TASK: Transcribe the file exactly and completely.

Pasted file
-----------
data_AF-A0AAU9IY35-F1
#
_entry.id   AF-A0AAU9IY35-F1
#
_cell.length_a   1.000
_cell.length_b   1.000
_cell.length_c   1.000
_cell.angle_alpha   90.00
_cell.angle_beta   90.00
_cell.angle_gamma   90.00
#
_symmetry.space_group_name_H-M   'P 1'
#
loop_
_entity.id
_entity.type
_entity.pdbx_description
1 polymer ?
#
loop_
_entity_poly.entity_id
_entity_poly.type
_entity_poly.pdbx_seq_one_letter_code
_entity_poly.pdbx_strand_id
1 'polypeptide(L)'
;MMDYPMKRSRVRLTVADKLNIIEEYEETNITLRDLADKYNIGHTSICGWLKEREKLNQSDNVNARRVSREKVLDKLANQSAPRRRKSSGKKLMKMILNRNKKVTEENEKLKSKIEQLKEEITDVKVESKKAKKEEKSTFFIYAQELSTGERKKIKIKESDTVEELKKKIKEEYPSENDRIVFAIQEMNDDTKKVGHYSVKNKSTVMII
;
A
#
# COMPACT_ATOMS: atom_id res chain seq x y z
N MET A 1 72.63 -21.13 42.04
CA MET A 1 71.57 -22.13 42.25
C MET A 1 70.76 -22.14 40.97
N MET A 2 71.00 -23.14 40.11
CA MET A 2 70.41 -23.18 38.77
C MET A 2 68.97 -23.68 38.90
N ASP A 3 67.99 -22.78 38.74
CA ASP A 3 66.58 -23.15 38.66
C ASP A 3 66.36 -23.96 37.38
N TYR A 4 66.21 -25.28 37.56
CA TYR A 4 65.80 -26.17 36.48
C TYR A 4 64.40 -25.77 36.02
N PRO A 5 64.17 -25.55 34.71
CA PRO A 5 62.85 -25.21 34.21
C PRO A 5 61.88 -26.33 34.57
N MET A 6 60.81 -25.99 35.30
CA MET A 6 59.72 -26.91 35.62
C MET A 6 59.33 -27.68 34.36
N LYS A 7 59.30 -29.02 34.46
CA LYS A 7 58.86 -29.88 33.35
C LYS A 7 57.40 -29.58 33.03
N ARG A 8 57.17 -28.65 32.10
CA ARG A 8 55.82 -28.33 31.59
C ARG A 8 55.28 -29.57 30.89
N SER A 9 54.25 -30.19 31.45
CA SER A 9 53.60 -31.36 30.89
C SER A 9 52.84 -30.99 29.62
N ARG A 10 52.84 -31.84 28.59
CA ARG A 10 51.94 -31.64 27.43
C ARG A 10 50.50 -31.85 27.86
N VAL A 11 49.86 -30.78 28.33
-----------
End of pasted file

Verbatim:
data_AF-A0AAU9IY35-F1
#
_entry.id   AF-A0AAU9IY35-F1
#
_cell.length_a   1.000
_cell.length_b   1.000
_cell.length_c   1.000
_cell.angle_alpha   90.00
_cell.angle_beta   90.00
_cell.angle_gamma   90.00
#
_symmetry.space_group_name_H-M   'P 1'
#
loop_
_entity.id
_entity.type
_entity.pdbx_description
1 polymer ?
#
loop_
_entity_poly.entity_id
_entity_poly.type
_entity_poly.pdbx_seq_one_letter_code
_entity_poly.pdbx_strand_id
1 'polypeptide(L)'
;MMDYPMKRSRVRLTVADKLNIIEEYEETNITLRDLADKYNIGHTSICGWLKEREKLNQSDNVNARRVSREKVLDKLANQSAPRRRKSSGKKLMKMILNRNKKVTEENEKLKSKIEQLKEEITDVKVESKKAKKEEKSTFFIYAQELSTGERKKIKIKESDTVEELKKKIKEEYPSENDRIVFAIQEMNDDTKKVGHYSVKNKSTVMII
;
A
#
# COMPACT_ATOMS: atom_id res chain seq x y z
N MET A 1 72.63 -21.13 42.04
CA MET A 1 71.57 -22.13 42.25
C MET A 1 70.76 -22.14 40.97
N MET A 2 71.00 -23.14 40.11
CA MET A 2 70.41 -23.18 38.77
C MET A 2 68.97 -23.68 38.90
N ASP A 3 67.99 -22.78 38.74
CA ASP A 3 66.58 -23.15 38.66
C ASP A 3 66.36 -23.96 37.38
N TYR A 4 66.21 -25.28 37.56
CA TYR A 4 65.80 -26.17 36.48
C TYR A 4 64.40 -25.77 36.02
N PRO A 5 64.17 -25.55 34.71
CA PRO A 5 62.85 -25.21 34.21
C PRO A 5 61.88 -26.33 34.57
N MET A 6 60.81 -25.99 35.30
CA MET A 6 59.72 -26.91 35.62
C MET A 6 59.33 -27.68 34.36
N LYS A 7 59.30 -29.02 34.46
CA LYS A 7 58.86 -29.88 33.35
C LYS A 7 57.40 -29.58 33.03
N ARG A 8 57.17 -28.65 32.10
CA ARG A 8 55.82 -28.33 31.59
C ARG A 8 55.28 -29.57 30.89
N SER A 9 54.25 -30.19 31.45
CA SER A 9 53.60 -31.36 30.89
C SER A 9 52.84 -30.99 29.62
N ARG A 10 52.84 -31.84 28.59
CA ARG A 10 51.94 -31.64 27.43
C ARG A 10 50.50 -31.85 27.86
N VAL A 11 49.86 -30.78 28.33